This sophisticated, often maladaptive thought process of obsessiveness-rumination-worry is a psychological process of recurrent thinking about self, past upsetting events, unresolved concerns and depressed symptoms. The silent sufferers of this process automatically rely on this problem-solving approach for any given life problem. Problematically, obsessiveness, rumination and worry is a poor, deceivingly counter-productive problem-solving option, as the evaluative nature of the common thought(s) are too abstract, redundant and limited.
Why do some folks suffer, while others do not? It is the confluence of myriad factors. The most commonly discussed factor is - wait for it - a childhood of treatment, wherein an otherwise intelligent and thoughtful child begins to over-analyze the motives and warning signs so as to better predict and prepare for the problem of parental abuse. In adulthood, the tendency becomes overused, indiscriminately applied (to all situations) and misperceived as an effective problem-solving option. Negative childhood events are just one of many biological, environmental and psychological contributors to this cognitive-personality outcome.
Understanding this, and collaboratively identifying all the advantages and disadvantages to the meta-negative thought process is the necessary first step (to promote therapeutic rapport and buy-in to the treatment plan) prior to transitioning to healthy interventions and positive change strategies.
Most maladaptive thought categories - catastrophizing, perfectionism, black and white thinking, mind-reading, etc. - are effectively treated by targeting the specific, individual thoughts with reality-testing restructuring and modification (is the thought useful and productive or not). For instance, when a client panics with worry that his plane is going to crash, cognitive therapy consists of a friendly reminder that such a catastrophic outcome is incredibly low-probability. The specific thought “a plane crash is very likely” is debated into “a plane crash is very unlikely and a calculated risk to take for a meaningful life.”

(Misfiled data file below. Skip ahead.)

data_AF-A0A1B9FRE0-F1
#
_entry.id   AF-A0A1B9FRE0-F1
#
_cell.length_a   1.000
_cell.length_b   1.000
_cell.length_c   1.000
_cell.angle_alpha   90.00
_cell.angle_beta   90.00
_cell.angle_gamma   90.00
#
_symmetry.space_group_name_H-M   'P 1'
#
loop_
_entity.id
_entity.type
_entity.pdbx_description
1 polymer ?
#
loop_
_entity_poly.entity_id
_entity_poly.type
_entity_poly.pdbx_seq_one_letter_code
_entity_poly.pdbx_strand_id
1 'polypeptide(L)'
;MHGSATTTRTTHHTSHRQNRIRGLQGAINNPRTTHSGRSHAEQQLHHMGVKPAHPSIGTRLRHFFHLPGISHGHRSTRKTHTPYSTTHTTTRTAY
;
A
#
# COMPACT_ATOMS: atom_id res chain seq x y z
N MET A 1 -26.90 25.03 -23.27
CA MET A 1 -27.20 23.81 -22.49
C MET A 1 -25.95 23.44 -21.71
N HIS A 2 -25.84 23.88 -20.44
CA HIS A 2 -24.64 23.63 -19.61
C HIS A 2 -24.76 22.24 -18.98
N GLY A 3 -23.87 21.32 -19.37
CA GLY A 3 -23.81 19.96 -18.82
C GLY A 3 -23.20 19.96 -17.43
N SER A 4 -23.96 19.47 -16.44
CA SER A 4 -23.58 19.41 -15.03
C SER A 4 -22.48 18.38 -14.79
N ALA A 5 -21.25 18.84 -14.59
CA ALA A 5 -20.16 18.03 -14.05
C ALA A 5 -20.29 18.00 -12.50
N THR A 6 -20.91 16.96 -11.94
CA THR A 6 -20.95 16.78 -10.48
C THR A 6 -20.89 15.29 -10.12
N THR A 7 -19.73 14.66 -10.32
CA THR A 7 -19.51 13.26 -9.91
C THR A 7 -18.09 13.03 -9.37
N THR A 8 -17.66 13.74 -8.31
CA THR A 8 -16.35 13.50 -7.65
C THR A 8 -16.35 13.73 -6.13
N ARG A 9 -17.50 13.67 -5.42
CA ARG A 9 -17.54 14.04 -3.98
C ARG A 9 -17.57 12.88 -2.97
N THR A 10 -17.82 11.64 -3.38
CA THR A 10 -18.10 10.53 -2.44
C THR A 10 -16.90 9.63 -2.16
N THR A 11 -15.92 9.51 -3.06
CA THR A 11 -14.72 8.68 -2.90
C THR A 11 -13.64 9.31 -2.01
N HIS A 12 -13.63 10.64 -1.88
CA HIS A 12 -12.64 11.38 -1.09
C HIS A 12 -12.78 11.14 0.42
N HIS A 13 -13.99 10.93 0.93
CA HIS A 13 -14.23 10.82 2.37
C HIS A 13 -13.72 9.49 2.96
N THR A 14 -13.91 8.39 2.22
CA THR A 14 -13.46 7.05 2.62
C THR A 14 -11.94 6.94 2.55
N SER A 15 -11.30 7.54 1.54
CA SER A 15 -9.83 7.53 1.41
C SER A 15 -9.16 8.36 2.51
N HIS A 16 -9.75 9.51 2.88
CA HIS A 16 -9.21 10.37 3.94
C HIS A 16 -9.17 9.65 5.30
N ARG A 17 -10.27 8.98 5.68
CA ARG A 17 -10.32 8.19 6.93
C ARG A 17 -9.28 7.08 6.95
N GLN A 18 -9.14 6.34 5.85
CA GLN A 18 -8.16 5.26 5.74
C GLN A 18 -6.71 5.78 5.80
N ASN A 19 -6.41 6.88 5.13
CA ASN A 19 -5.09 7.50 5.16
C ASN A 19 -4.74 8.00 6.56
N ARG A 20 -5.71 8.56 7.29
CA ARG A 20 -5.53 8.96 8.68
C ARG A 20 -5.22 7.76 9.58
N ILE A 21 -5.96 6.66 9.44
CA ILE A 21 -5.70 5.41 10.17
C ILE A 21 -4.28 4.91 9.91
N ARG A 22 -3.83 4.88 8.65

Targeting obsessiveness, rumination and worry involves targeting the thought process, versus content, which is a deeper, broader level of exploration. Specific distorted thoughts are ignored, and the client is guided through strategies designed to help pause, step-back and review the big-picture sequences of thoughts crashing through the mind’s internal land scape. In this way, the thoughts, feelings and behaviors associated with obsessiveness-rumination-worry are addressed and corrected through an analysis of the function and consequences of the thought process - discussing the development (when did it start?), context (when/where/why does it happen?), usefulness (what is its purpose?) and options (what can I do instead of it?).
Positive change develops as the client improves his or her ability to tune in to the negative internal commentary more quickly, and more skillfully redirect attention to more adaptive thoughts and concrete, specific, values-driven behaviors.
Dr. Jeremy Clyman earned a master’s and doctorate in clinical psychology (PsyD) from Yeshiva University. He completed three years of doctoral-level clinical externships in neurocognitive assessment, couples and family treatment, and cognitive behavioral for adolescents, adults and older adults.